Some parents have long struggled with children that are so-called picky eaters. Their frustration may involve unending concerns with the limited lists of foods their children would agree to eat and the worry if there would be food their child would eat when they were outside the home setting. Experts added avoidant restrictive food intake disorder (ARFID) to the Diagnostic and Statistical Manual of Mental Disorders in 2013. Prior to this recognition by the medical community, many thought the disorder’s symptoms defined a picky eater. While still not as commonly diagnosed and treated as other eating disorders like anorexia or bulimia, Crossroads can treat ARFID as part of its dedicated eating disorder treatment program for women in Maine.
How Picky Eaters Develop Eating Disorders
ARFID is different from other eating disorders in that it is not associated with body image or an obsession with weight loss. It is generally a result of trauma from an incident in early childhood, and the negative association sits with them for years. It can come to the point that they believe eating these foods might kill them.
The trauma could be from a choking incident, or, for babies born prematurely, it might be a result of having had tubes in their mouths and noses. These sensory issues can cause a fear of foods being dangerous to them, and that association can be a huge mental and physical strain.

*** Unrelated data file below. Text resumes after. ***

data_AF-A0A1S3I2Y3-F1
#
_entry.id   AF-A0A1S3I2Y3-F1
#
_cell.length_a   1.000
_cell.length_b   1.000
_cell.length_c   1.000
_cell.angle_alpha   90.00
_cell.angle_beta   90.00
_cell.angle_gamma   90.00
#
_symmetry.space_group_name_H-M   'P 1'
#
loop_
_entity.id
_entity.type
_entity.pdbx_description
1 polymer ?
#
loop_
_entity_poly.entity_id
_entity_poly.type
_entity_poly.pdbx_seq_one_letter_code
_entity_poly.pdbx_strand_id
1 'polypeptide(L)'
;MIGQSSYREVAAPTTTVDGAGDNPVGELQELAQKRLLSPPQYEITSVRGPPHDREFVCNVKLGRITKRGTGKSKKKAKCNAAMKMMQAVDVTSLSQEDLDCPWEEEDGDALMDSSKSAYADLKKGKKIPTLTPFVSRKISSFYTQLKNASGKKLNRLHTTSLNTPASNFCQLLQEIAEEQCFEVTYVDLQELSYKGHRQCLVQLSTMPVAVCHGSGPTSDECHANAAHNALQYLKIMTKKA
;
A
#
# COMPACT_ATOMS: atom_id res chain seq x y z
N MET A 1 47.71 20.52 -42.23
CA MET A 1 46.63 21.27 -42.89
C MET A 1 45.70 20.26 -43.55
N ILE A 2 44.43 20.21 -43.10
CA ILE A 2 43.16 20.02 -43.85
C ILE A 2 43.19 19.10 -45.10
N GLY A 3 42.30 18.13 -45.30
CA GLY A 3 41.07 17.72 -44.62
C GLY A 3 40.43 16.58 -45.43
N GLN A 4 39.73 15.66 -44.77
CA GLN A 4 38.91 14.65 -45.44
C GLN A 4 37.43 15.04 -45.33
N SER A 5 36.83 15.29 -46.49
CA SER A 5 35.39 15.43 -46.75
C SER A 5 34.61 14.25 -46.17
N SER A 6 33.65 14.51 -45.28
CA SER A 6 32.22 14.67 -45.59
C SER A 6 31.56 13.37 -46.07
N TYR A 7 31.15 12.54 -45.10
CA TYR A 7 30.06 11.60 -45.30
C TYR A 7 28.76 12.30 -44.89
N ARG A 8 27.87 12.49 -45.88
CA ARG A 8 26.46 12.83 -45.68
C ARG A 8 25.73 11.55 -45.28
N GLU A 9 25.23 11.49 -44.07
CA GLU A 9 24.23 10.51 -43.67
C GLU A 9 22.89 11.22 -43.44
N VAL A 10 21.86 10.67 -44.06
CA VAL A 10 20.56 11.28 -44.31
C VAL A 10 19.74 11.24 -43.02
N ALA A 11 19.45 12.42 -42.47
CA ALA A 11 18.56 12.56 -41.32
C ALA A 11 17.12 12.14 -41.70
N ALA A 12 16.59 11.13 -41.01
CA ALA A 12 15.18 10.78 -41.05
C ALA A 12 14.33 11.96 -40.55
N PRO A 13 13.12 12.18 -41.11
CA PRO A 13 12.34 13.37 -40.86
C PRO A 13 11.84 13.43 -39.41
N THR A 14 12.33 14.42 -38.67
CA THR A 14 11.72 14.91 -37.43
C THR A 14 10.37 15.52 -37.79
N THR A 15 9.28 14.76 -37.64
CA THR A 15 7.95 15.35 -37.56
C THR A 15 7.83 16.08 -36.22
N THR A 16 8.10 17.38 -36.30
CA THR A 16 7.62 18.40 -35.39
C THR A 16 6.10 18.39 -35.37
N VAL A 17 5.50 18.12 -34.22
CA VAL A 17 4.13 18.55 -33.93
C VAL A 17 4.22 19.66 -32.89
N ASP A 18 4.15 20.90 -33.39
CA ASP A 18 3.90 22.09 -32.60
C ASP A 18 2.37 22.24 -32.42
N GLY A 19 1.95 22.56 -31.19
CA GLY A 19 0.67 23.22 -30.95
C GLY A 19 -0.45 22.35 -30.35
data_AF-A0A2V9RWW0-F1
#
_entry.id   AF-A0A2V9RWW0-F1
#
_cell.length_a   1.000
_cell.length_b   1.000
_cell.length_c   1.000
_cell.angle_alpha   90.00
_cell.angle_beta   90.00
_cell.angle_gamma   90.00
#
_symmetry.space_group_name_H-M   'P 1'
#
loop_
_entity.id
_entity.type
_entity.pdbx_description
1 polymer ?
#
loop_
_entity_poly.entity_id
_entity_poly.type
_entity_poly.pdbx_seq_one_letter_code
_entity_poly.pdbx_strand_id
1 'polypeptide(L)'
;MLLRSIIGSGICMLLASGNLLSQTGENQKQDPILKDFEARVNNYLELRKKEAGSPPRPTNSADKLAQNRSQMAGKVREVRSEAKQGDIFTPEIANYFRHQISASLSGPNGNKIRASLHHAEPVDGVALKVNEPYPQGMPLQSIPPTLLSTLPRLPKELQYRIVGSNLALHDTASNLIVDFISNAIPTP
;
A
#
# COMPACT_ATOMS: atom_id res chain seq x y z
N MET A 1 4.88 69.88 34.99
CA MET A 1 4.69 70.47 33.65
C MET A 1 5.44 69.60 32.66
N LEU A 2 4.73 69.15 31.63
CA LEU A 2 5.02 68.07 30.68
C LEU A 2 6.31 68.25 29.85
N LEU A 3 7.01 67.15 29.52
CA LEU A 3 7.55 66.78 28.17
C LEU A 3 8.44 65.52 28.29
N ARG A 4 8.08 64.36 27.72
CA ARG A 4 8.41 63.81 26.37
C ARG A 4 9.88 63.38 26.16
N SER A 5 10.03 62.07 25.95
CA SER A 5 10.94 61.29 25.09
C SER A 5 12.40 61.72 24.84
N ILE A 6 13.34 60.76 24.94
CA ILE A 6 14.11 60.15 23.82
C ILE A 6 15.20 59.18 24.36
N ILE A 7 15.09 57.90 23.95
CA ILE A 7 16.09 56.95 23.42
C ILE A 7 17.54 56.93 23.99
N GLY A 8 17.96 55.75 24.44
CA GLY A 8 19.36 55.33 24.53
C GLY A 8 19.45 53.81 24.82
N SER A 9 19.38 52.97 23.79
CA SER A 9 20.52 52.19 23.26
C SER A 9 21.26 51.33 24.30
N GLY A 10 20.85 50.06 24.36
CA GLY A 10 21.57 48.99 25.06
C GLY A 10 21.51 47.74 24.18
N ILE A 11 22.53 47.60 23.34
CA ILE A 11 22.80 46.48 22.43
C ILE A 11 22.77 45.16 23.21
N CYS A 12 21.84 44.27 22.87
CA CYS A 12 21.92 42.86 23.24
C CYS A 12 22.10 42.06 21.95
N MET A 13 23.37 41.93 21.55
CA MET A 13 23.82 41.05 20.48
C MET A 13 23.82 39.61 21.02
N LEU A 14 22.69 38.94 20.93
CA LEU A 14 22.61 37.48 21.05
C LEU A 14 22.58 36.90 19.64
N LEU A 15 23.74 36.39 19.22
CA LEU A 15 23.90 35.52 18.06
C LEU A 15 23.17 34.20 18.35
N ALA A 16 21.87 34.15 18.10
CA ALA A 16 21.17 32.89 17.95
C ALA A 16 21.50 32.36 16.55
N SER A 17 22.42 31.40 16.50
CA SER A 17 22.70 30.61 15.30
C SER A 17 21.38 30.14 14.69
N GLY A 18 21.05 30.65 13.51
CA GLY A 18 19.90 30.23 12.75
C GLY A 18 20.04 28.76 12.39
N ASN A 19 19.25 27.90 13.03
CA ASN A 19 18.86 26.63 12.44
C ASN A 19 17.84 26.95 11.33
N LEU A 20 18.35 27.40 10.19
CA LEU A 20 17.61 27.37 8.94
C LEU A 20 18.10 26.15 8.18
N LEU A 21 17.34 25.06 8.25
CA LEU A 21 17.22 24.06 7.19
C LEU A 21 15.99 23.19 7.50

Eating Disorder Treatment at Crossroads
Crossroads creates an engaging, therapeutic, and comfortable environment for women to engage in eating disorders and addiction treatment. Women receive the support they need to come to terms with the seriousness of these issues and make their well-being a priority. We offer treatment for women by women. Through our approach, they feel more confident that the program will address their unique needs and challenges. Crossroads provides an integrated approach to treatment in Maine. Our service is unlike any other program in the country. Through our program, women can grow, heal, and become whole in their own time while building strategies and skills they need for lasting recovery.
Despite it only being recognized as a disorder in the last decade, ARFID is a treatable condition. The key is to find a program and a professional (or professionals) who are knowledgeable about the best treatment options. These experts understand how to treat the trauma and the sensory tissue issues associated with ARFID. Forcing a patient to try foods can activate and increase the symptoms even more. Common in children, teenagers, and young adults, a high success rate is seen in treating ARFID. These age groups feel great pressure and desire to overcome anything that is not seen as normal behavior.
Crossroads Can Help with ARFID Treatment and More
While we are still learning about ARFID as a professional community, Crossroads is capable of treating all eating disorders. Many of our programs focus on the family education aspect, for both residential and outpatient. Through this treatment, the whole family supports recovery and creates a safe environment. Addiction and eating disorders affect everyone’s lives, which means that working together to address challenges, increase understanding, and build healthy routines is essential. Family therapies have proven effective in helping loved ones explore how these conditions impact their lives, how they can better overcome challenges, and how they can play an active role in the recovery process.
At Crossroads, we offer a variety of treatment programs for women, including:
- Residential women’s treatment program
- Intensive outpatient program (IOP)
- Rehab for women with children
- Dual diagnosis programs
Our trained and caring team is available to answer any questions you have about our treatment options. Call us at 877.978.1667.